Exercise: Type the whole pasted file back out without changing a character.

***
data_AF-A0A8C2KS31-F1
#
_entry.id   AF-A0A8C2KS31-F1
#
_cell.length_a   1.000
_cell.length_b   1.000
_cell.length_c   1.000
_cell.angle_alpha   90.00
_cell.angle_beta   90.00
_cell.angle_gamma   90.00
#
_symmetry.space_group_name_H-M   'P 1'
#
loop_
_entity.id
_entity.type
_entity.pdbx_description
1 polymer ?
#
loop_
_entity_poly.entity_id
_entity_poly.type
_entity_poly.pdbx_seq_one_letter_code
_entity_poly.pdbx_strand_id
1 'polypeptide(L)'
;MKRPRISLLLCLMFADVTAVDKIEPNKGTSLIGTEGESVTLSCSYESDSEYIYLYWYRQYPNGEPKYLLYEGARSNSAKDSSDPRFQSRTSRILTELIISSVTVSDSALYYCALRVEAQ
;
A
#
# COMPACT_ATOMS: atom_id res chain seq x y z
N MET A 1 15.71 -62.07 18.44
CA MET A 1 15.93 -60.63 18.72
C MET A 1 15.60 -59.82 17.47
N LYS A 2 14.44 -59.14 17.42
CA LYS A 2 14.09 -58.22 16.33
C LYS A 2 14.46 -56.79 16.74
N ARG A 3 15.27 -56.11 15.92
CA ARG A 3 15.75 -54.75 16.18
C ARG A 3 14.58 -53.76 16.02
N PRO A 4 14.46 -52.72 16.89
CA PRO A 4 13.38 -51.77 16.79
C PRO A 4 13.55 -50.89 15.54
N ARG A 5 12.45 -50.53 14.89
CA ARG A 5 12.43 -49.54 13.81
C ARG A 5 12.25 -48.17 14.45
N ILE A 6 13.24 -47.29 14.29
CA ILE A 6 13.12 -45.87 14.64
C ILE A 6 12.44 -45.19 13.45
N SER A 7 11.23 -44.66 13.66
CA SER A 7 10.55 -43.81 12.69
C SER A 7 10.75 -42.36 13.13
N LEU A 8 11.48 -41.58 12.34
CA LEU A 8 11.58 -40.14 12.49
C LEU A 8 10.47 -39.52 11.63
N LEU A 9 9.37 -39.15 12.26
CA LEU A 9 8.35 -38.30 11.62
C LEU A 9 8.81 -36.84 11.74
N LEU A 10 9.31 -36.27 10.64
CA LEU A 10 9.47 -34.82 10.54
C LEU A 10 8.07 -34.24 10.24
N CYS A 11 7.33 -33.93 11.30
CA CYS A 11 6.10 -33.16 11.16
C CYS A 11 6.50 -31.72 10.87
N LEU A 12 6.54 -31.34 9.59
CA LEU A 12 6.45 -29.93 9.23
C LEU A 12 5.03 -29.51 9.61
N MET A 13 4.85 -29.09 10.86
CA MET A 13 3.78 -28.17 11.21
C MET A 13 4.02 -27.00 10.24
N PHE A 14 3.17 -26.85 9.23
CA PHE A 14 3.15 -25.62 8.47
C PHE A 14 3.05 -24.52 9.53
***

data_AF-A0A8C2KS31-F1
#
_entry.id   AF-A0A8C2KS31-F1
#
_cell.length_a   1.000
_cell.length_b   1.000
_cell.length_c   1.000
_cell.angle_alpha   90.00
_cell.angle_beta   90.00
_cell.angle_gamma   90.00
#
_symmetry.space_group_name_H-M   'P 1'
#
loop_
_entity.id
_entity.type
_entity.pdbx_description
1 polymer ?
#
loop_
_entity_poly.entity_id
_entity_poly.type
_entity_poly.pdbx_seq_one_letter_code
_entity_poly.pdbx_strand_id
1 'polypeptide(L)'
;MKRPRISLLLCLMFADVTAVDKIEPNKGTSLIGTEGESVTLSCSYESDSEYIYLYWYRQYPNGEPKYLLYEGARSNSAKDSSDPRFQSRTSRILTELIISSVTVSDSALYYCALRVEAQ
;
A
#
# COMPACT_ATOMS: atom_id res chain seq x y z
N MET A 1 15.71 -62.07 18.44
CA MET A 1 15.93 -60.63 18.72
C MET A 1 15.60 -59.82 17.47
N LYS A 2 14.44 -59.14 17.42
CA LYS A 2 14.09 -58.22 16.33
C LYS A 2 14.46 -56.79 16.74
N ARG A 3 15.27 -56.11 15.92
CA ARG A 3 15.75 -54.75 16.18
C ARG A 3 14.58 -53.76 16.02
N PRO A 4 14.46 -52.72 16.89
CA PRO A 4 13.38 -51.77 16.79
C PRO A 4 13.55 -50.89 15.54
N ARG A 5 12.45 -50.53 14.89
CA ARG A 5 12.43 -49.54 13.81
C ARG A 5 12.25 -48.17 14.45
N ILE A 6 13.24 -47.29 14.29
CA ILE A 6 13.12 -45.87 14.64
C ILE A 6 12.44 -45.19 13.45
N SER A 7 11.23 -44.66 13.66
CA SER A 7 10.55 -43.81 12.69
C SER A 7 10.75 -42.36 13.13
N LEU A 8 11.48 -41.58 12.34
CA LEU A 8 11.58 -40.14 12.49
C LEU A 8 10.47 -39.52 11.63
N LEU A 9 9.37 -39.15 12.26
CA LEU A 9 8.35 -38.30 11.62
C LEU A 9 8.81 -36.84 11.74
N LEU A 10 9.31 -36.27 10.64
CA LEU A 10 9.47 -34.82 10.54
C LEU A 10 8.07 -34.24 10.24
N CYS A 11 7.33 -33.93 11.30
CA CYS A 11 6.10 -33.16 11.16
C CYS A 11 6.50 -31.72 10.87
N LEU A 12 6.54 -31.34 9.59
CA LEU A 12 6.45 -29.93 9.23
C LEU A 12 5.03 -29.51 9.61
N MET A 13 4.85 -29.09 10.86
CA MET A 13 3.78 -28.17 11.21
C MET A 13 4.02 -27.00 10.24
N PHE A 14 3.17 -26.85 9.23
CA PHE A 14 3.15 -25.62 8.47
C PHE A 14 3.05 -24.52 9.53